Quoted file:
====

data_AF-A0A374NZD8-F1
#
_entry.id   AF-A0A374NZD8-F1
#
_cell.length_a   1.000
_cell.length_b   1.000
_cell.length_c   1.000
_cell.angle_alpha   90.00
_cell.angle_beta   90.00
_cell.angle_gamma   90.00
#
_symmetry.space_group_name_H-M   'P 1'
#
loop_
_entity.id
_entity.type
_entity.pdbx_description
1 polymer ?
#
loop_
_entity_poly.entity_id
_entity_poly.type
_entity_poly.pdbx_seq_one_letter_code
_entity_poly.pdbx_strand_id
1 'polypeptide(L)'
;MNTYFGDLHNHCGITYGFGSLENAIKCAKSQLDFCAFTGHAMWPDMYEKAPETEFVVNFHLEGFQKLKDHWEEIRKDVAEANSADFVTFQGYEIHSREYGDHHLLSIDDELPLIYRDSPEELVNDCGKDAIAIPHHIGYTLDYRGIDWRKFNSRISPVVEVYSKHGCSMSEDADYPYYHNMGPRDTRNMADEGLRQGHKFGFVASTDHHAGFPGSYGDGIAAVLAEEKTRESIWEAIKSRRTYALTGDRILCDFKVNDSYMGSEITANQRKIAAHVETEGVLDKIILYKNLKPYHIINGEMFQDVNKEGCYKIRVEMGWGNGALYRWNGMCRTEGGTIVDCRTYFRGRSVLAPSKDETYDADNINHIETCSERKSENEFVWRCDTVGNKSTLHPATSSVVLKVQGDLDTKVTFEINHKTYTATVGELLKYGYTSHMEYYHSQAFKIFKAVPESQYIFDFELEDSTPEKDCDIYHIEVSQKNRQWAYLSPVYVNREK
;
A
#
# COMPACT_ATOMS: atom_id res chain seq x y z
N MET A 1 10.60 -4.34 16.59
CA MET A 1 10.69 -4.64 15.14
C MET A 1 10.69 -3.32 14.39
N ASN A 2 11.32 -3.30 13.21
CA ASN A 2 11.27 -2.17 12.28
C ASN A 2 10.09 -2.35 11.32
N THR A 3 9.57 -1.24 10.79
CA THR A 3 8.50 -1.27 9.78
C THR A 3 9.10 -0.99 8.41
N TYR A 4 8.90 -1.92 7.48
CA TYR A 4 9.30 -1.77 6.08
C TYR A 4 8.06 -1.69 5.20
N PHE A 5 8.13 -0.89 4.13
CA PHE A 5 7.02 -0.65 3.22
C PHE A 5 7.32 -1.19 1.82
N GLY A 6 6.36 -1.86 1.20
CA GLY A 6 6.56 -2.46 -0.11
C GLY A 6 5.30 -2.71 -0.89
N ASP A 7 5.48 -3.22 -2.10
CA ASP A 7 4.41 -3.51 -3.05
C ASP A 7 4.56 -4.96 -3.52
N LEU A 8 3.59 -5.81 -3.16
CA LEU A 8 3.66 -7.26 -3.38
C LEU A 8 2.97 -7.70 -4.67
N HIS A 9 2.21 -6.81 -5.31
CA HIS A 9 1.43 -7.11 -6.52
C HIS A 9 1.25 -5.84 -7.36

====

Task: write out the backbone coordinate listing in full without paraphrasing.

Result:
data_AF-A0A374NZD8-F1
#
_entry.id   AF-A0A374NZD8-F1
#
_cell.length_a   1.000
_cell.length_b   1.000
_cell.length_c   1.000
_cell.angle_alpha   90.00
_cell.angle_beta   90.00
_cell.angle_gamma   90.00
#
_symmetry.space_group_name_H-M   'P 1'
#
loop_
_entity.id
_entity.type
_entity.pdbx_description
1 polymer ?
#
loop_
_entity_poly.entity_id
_entity_poly.type
_entity_poly.pdbx_seq_one_letter_code
_entity_poly.pdbx_strand_id
1 'polypeptide(L)'
;MNTYFGDLHNHCGITYGFGSLENAIKCAKSQLDFCAFTGHAMWPDMYEKAPETEFVVNFHLEGFQKLKDHWEEIRKDVAEANSADFVTFQGYEIHSREYGDHHLLSIDDELPLIYRDSPEELVNDCGKDAIAIPHHIGYTLDYRGIDWRKFNSRISPVVEVYSKHGCSMSEDADYPYYHNMGPRDTRNMADEGLRQGHKFGFVASTDHHAGFPGSYGDGIAAVLAEEKTRESIWEAIKSRRTYALTGDRILCDFKVNDSYMGSEITANQRKIAAHVETEGVLDKIILYKNLKPYHIINGEMFQDVNKEGCYKIRVEMGWGNGALYRWNGMCRTEGGTIVDCRTYFRGRSVLAPSKDETYDADNINHIETCSERKSENEFVWRCDTVGNKSTLHPATSSVVLKVQGDLDTKVTFEINHKTYTATVGELLKYGYTSHMEYYHSQAFKIFKAVPESQYIFDFELEDSTPEKDCDIYHIEVSQKNRQWAYLSPVYVNREK
;
A
#
# COMPACT_ATOMS: atom_id res chain seq x y z
N MET A 1 10.60 -4.34 16.59
CA MET A 1 10.69 -4.64 15.14
C MET A 1 10.69 -3.32 14.39
N ASN A 2 11.32 -3.30 13.21
CA ASN A 2 11.27 -2.17 12.28
C ASN A 2 10.09 -2.35 11.32
N THR A 3 9.57 -1.24 10.79
CA THR A 3 8.50 -1.27 9.78
C THR A 3 9.10 -0.99 8.41
N TYR A 4 8.90 -1.92 7.48
CA TYR A 4 9.30 -1.77 6.08
C TYR A 4 8.06 -1.69 5.20
N PHE A 5 8.13 -0.89 4.13
CA PHE A 5 7.02 -0.65 3.22
C PHE A 5 7.32 -1.19 1.82
N GLY A 6 6.36 -1.86 1.20
CA GLY A 6 6.56 -2.46 -0.11
C GLY A 6 5.30 -2.71 -0.89
N ASP A 7 5.48 -3.22 -2.10
CA ASP A 7 4.41 -3.51 -3.05
C ASP A 7 4.56 -4.96 -3.52
N LEU A 8 3.59 -5.81 -3.16
CA LEU A 8 3.66 -7.26 -3.38
C LEU A 8 2.97 -7.70 -4.67
N HIS A 9 2.21 -6.81 -5.31
CA HIS A 9 1.43 -7.11 -6.52
C HIS A 9 1.25 -5.84 -7.36